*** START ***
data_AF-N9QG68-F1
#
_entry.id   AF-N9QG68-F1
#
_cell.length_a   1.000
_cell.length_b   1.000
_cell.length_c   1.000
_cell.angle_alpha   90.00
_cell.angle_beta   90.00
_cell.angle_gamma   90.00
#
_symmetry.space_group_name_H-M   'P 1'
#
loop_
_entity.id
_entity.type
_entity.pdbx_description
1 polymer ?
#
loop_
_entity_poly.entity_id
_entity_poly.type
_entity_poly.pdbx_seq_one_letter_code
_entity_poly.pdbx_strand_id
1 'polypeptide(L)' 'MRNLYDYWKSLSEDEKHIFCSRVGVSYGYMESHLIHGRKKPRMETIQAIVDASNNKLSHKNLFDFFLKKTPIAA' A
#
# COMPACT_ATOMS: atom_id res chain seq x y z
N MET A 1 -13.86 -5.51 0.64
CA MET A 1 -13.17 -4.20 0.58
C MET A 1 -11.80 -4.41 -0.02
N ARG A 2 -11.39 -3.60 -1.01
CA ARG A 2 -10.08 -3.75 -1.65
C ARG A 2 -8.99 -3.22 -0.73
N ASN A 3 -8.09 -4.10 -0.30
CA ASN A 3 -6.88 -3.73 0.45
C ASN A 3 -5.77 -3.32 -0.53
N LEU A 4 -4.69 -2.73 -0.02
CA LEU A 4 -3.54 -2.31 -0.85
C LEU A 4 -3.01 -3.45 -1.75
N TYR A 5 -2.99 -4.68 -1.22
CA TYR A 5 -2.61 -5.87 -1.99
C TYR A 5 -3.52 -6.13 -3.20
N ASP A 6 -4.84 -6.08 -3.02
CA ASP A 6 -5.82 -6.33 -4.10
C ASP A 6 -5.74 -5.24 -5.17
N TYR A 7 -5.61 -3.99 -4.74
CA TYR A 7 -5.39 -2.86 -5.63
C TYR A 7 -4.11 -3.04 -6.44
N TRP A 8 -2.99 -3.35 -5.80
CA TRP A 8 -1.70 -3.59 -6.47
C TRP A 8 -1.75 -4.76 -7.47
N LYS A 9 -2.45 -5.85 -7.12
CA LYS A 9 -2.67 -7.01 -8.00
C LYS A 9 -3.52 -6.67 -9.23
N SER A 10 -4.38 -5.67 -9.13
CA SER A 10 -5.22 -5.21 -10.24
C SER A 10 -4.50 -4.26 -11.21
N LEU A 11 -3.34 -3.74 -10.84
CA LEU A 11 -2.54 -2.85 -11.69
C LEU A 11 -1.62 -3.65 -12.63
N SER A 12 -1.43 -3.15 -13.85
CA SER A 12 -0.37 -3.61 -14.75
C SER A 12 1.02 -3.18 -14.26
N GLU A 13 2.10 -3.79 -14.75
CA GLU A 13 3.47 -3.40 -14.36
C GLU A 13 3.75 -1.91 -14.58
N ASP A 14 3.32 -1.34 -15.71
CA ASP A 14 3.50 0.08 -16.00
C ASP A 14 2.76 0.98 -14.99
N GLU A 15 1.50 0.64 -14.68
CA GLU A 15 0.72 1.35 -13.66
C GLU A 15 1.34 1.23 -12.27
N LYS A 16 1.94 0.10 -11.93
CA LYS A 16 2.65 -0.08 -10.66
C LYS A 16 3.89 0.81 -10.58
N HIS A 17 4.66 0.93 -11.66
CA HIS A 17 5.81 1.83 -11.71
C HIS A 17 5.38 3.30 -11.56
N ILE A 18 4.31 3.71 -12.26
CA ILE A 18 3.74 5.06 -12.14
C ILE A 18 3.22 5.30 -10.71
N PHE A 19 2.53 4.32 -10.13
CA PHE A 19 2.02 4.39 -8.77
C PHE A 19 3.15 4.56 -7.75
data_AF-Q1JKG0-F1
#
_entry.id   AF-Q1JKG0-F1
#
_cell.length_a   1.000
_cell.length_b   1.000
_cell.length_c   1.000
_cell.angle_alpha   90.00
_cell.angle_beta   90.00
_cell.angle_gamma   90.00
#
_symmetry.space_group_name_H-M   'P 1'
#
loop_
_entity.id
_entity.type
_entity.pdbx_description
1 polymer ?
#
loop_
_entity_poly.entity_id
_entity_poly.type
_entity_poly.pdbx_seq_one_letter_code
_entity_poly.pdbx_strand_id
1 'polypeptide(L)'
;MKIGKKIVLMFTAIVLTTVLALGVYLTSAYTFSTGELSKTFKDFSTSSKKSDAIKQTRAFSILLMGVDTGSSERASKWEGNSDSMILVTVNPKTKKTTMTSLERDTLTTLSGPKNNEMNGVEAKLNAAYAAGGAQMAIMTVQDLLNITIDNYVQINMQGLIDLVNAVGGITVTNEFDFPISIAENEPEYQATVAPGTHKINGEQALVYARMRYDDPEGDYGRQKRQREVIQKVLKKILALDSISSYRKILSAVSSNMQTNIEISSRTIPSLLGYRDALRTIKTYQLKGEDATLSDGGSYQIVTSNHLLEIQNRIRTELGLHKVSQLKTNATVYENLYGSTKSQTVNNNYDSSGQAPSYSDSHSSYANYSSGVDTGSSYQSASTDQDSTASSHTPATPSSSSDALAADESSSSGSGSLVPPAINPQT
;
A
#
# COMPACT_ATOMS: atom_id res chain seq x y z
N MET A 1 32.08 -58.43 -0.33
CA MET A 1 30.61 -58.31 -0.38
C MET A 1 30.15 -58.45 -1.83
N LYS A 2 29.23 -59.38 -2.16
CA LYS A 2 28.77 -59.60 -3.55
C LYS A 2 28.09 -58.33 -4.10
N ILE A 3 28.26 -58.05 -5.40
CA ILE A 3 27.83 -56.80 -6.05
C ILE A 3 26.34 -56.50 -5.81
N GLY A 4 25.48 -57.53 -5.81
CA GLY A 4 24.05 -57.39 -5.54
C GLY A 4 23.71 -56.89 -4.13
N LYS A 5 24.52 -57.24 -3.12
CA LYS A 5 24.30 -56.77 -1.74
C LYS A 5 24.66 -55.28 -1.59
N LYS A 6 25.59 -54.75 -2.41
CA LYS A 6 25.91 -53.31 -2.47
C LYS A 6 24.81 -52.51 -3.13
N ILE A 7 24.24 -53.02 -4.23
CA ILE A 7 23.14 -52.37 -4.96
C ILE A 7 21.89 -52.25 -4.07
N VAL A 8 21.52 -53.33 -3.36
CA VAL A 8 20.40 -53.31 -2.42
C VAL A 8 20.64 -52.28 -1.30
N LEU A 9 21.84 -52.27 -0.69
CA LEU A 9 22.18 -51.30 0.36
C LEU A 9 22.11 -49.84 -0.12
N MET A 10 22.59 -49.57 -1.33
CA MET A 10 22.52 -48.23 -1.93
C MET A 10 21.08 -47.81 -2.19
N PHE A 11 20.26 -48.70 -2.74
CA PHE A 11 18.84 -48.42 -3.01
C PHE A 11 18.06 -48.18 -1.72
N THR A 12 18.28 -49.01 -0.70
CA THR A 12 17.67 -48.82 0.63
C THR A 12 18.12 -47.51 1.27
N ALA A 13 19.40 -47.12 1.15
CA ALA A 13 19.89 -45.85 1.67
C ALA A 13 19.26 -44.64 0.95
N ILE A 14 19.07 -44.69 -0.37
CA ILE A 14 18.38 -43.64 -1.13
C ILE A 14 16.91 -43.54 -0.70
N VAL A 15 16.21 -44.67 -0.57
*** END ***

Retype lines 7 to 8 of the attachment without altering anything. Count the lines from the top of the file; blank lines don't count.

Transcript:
_cell.length_c   1.000
_cell.angle_alpha   90.00